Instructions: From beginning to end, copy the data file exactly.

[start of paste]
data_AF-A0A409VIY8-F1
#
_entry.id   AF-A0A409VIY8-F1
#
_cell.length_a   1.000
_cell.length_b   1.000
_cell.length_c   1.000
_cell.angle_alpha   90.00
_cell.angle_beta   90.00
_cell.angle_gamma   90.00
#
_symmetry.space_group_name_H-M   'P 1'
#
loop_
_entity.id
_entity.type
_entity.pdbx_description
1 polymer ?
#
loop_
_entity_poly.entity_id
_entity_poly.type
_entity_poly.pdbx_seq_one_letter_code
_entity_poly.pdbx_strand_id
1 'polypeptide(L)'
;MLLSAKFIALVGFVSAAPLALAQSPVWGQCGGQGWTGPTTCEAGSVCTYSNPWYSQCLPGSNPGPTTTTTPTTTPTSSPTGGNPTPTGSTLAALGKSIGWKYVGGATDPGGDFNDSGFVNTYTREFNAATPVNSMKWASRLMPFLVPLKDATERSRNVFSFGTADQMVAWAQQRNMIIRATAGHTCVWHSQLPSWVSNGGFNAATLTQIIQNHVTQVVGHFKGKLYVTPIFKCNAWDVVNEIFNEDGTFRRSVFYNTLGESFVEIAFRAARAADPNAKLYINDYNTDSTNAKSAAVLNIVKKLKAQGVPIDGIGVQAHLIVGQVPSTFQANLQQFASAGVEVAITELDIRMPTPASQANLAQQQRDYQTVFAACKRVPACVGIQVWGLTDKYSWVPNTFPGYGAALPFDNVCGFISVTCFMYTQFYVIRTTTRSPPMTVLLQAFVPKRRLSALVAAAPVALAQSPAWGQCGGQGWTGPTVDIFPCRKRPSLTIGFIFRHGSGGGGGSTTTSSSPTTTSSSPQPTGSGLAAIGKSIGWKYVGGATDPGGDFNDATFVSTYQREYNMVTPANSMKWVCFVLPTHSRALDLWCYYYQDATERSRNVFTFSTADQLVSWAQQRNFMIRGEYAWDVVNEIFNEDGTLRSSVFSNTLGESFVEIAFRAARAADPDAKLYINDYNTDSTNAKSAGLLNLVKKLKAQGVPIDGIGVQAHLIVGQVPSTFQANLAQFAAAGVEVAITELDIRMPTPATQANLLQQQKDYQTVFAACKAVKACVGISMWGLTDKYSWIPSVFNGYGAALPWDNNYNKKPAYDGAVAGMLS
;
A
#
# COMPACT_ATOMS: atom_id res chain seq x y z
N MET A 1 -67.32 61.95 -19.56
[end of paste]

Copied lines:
data_AF-A0A409VIY8-F1
#
_entry.id   AF-A0A409VIY8-F1
#
_cell.length_a   1.000
_cell.length_b   1.000
_cell.length_c   1.000
_cell.angle_alpha   90.00
_cell.angle_beta   90.00
_cell.angle_gamma   90.00
#
_symmetry.space_group_name_H-M   'P 1'
#
loop_
_entity.id
_entity.type
_entity.pdbx_description
1 polymer ?
#
loop_
_entity_poly.entity_id
_entity_poly.type
_entity_poly.pdbx_seq_one_letter_code
_entity_poly.pdbx_strand_id
1 'polypeptide(L)'
;MLLSAKFIALVGFVSAAPLALAQSPVWGQCGGQGWTGPTTCEAGSVCTYSNPWYSQCLPGSNPGPTTTTTPTTTPTSSPTGGNPTPTGSTLAALGKSIGWKYVGGATDPGGDFNDSGFVNTYTREFNAATPVNSMKWASRLMPFLVPLKDATERSRNVFSFGTADQMVAWAQQRNMIIRATAGHTCVWHSQLPSWVSNGGFNAATLTQIIQNHVTQVVGHFKGKLYVTPIFKCNAWDVVNEIFNEDGTFRRSVFYNTLGESFVEIAFRAARAADPNAKLYINDYNTDSTNAKSAAVLNIVKKLKAQGVPIDGIGVQAHLIVGQVPSTFQANLQQFASAGVEVAITELDIRMPTPASQANLAQQQRDYQTVFAACKRVPACVGIQVWGLTDKYSWVPNTFPGYGAALPFDNVCGFISVTCFMYTQFYVIRTTTRSPPMTVLLQAFVPKRRLSALVAAAPVALAQSPAWGQCGGQGWTGPTVDIFPCRKRPSLTIGFIFRHGSGGGGGSTTTSSSPTTTSSSPQPTGSGLAAIGKSIGWKYVGGATDPGGDFNDATFVSTYQREYNMVTPANSMKWVCFVLPTHSRALDLWCYYYQDATERSRNVFTFSTADQLVSWAQQRNFMIRGEYAWDVVNEIFNEDGTLRSSVFSNTLGESFVEIAFRAARAADPDAKLYINDYNTDSTNAKSAGLLNLVKKLKAQGVPIDGIGVQAHLIVGQVPSTFQANLAQFAAAGVEVAITELDIRMPTPATQANLLQQQKDYQTVFAACKAVKACVGISMWGLTDKYSWIPSVFNGYGAALPWDNNYNKKPAYDGAVAGMLS
;
A
#
# COMPACT_ATOMS: atom_id res chain seq x y z
N MET A 1 -67.32 61.95 -19.56